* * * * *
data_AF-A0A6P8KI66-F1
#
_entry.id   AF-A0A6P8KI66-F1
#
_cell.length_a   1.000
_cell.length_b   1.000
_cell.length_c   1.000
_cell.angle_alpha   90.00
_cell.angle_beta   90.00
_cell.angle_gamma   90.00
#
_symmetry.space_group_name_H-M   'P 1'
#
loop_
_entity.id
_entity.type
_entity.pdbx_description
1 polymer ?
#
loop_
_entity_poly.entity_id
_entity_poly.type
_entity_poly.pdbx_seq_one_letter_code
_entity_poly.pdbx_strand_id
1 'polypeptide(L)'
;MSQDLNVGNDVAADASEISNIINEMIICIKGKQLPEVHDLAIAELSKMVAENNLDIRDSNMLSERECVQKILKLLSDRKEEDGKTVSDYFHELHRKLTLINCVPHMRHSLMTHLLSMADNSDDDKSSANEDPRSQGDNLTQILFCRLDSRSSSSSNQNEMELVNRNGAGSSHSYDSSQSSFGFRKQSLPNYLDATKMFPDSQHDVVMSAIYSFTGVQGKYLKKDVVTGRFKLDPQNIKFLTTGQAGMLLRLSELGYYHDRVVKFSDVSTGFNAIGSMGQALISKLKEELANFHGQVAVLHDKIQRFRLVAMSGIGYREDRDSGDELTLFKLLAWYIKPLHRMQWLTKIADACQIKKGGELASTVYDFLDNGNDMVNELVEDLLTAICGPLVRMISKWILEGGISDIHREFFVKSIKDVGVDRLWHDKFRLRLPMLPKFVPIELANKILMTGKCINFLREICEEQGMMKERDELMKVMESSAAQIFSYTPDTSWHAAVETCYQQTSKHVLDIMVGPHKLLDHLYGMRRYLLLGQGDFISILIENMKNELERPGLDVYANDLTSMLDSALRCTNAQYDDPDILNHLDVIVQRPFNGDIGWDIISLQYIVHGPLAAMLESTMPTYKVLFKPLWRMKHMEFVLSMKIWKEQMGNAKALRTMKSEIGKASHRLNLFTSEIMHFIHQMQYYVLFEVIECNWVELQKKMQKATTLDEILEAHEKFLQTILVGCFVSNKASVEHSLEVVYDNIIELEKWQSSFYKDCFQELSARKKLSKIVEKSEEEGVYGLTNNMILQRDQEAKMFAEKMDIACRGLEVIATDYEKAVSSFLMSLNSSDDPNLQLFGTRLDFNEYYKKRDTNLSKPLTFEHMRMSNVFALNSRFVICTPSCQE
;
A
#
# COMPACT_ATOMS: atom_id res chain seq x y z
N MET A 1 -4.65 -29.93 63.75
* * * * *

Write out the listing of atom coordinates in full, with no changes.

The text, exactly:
data_AF-A0A6P8KI66-F1
#
_entry.id   AF-A0A6P8KI66-F1
#
_cell.length_a   1.000
_cell.length_b   1.000
_cell.length_c   1.000
_cell.angle_alpha   90.00
_cell.angle_beta   90.00
_cell.angle_gamma   90.00
#
_symmetry.space_group_name_H-M   'P 1'
#
loop_
_entity.id
_entity.type
_entity.pdbx_description
1 polymer ?
#
loop_
_entity_poly.entity_id
_entity_poly.type
_entity_poly.pdbx_seq_one_letter_code
_entity_poly.pdbx_strand_id
1 'polypeptide(L)'
;MSQDLNVGNDVAADASEISNIINEMIICIKGKQLPEVHDLAIAELSKMVAENNLDIRDSNMLSERECVQKILKLLSDRKEEDGKTVSDYFHELHRKLTLINCVPHMRHSLMTHLLSMADNSDDDKSSANEDPRSQGDNLTQILFCRLDSRSSSSSNQNEMELVNRNGAGSSHSYDSSQSSFGFRKQSLPNYLDATKMFPDSQHDVVMSAIYSFTGVQGKYLKKDVVTGRFKLDPQNIKFLTTGQAGMLLRLSELGYYHDRVVKFSDVSTGFNAIGSMGQALISKLKEELANFHGQVAVLHDKIQRFRLVAMSGIGYREDRDSGDELTLFKLLAWYIKPLHRMQWLTKIADACQIKKGGELASTVYDFLDNGNDMVNELVEDLLTAICGPLVRMISKWILEGGISDIHREFFVKSIKDVGVDRLWHDKFRLRLPMLPKFVPIELANKILMTGKCINFLREICEEQGMMKERDELMKVMESSAAQIFSYTPDTSWHAAVETCYQQTSKHVLDIMVGPHKLLDHLYGMRRYLLLGQGDFISILIENMKNELERPGLDVYANDLTSMLDSALRCTNAQYDDPDILNHLDVIVQRPFNGDIGWDIISLQYIVHGPLAAMLESTMPTYKVLFKPLWRMKHMEFVLSMKIWKEQMGNAKALRTMKSEIGKASHRLNLFTSEIMHFIHQMQYYVLFEVIECNWVELQKKMQKATTLDEILEAHEKFLQTILVGCFVSNKASVEHSLEVVYDNIIELEKWQSSFYKDCFQELSARKKLSKIVEKSEEEGVYGLTNNMILQRDQEAKMFAEKMDIACRGLEVIATDYEKAVSSFLMSLNSSDDPNLQLFGTRLDFNEYYKKRDTNLSKPLTFEHMRMSNVFALNSRFVICTPSCQE
;
A
#
# COMPACT_ATOMS: atom_id res chain seq x y z
N MET A 1 -4.65 -29.93 63.75